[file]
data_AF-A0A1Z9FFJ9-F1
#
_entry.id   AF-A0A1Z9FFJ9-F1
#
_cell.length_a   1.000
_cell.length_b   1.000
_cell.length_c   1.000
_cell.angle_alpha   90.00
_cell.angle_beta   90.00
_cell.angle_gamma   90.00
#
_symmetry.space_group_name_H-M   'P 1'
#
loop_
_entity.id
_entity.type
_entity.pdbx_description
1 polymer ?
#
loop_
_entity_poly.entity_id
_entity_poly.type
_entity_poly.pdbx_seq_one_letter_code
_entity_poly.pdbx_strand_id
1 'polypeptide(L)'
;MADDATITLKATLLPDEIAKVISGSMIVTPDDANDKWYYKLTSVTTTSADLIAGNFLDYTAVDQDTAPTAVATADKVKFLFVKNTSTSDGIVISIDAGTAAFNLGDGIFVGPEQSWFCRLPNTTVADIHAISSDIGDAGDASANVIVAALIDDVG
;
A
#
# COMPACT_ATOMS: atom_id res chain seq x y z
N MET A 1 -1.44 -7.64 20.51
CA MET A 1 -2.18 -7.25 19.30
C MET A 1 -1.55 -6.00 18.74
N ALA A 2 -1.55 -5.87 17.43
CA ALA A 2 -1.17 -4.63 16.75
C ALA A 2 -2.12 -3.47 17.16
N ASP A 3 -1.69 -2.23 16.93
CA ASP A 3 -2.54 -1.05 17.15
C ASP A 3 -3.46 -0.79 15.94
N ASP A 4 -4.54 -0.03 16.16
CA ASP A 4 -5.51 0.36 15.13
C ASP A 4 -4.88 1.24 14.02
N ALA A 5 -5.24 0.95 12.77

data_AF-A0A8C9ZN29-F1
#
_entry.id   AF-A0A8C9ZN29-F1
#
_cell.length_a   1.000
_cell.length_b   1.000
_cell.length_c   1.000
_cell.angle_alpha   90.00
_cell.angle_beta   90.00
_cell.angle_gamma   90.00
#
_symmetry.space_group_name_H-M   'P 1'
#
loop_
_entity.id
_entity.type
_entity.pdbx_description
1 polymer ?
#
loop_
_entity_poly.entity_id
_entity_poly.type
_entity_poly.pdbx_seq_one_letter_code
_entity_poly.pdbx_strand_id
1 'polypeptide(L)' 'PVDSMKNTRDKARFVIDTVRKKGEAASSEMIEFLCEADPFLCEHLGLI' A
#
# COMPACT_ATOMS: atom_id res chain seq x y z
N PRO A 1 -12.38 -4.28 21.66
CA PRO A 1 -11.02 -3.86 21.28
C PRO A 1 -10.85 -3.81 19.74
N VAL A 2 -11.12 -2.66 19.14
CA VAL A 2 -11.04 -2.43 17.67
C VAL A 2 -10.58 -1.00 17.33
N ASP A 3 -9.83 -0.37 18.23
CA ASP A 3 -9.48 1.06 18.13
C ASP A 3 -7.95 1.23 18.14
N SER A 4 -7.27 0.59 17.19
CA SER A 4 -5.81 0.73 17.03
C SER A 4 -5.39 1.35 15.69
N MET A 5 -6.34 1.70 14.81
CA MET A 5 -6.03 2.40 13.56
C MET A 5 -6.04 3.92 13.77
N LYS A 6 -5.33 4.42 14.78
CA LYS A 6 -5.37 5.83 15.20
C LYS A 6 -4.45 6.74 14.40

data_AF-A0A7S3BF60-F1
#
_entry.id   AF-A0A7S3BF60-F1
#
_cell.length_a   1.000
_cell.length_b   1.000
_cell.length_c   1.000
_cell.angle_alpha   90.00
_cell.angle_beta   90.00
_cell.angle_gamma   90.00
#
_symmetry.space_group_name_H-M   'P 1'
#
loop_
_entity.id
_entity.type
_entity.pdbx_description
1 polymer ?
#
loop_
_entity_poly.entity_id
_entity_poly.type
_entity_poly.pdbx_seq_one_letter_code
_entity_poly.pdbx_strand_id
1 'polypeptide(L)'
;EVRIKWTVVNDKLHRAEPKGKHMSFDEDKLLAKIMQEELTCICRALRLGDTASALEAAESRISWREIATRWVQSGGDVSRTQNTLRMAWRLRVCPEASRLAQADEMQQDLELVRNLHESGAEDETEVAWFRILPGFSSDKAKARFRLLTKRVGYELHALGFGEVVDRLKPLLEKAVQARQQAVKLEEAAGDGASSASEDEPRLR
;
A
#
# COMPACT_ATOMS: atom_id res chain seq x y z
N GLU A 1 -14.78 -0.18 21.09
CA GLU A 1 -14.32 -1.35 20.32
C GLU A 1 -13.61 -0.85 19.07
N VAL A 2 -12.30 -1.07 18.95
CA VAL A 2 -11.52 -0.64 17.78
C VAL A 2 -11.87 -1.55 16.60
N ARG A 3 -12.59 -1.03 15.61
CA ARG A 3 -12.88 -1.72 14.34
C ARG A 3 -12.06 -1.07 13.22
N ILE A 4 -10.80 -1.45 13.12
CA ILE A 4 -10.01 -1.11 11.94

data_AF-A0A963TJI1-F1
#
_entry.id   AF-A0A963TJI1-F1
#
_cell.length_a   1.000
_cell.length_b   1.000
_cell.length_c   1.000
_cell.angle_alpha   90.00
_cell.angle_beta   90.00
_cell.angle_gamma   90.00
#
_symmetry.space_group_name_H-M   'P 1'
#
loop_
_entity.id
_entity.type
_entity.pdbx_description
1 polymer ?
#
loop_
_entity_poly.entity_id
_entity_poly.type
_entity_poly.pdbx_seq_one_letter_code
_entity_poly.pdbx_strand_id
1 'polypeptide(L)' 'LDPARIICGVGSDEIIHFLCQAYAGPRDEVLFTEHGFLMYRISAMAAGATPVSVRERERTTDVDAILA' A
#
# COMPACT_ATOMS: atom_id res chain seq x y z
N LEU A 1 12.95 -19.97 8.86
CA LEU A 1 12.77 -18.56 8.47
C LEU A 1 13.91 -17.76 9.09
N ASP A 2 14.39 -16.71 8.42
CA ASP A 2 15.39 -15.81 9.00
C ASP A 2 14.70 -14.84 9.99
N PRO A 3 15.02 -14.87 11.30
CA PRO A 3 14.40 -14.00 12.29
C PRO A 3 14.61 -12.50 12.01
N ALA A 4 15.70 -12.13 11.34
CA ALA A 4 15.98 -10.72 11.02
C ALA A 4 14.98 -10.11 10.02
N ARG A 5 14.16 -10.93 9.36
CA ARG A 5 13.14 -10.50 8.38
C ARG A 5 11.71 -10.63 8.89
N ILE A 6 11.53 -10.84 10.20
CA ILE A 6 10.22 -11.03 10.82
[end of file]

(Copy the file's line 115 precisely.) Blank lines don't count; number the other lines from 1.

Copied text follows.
;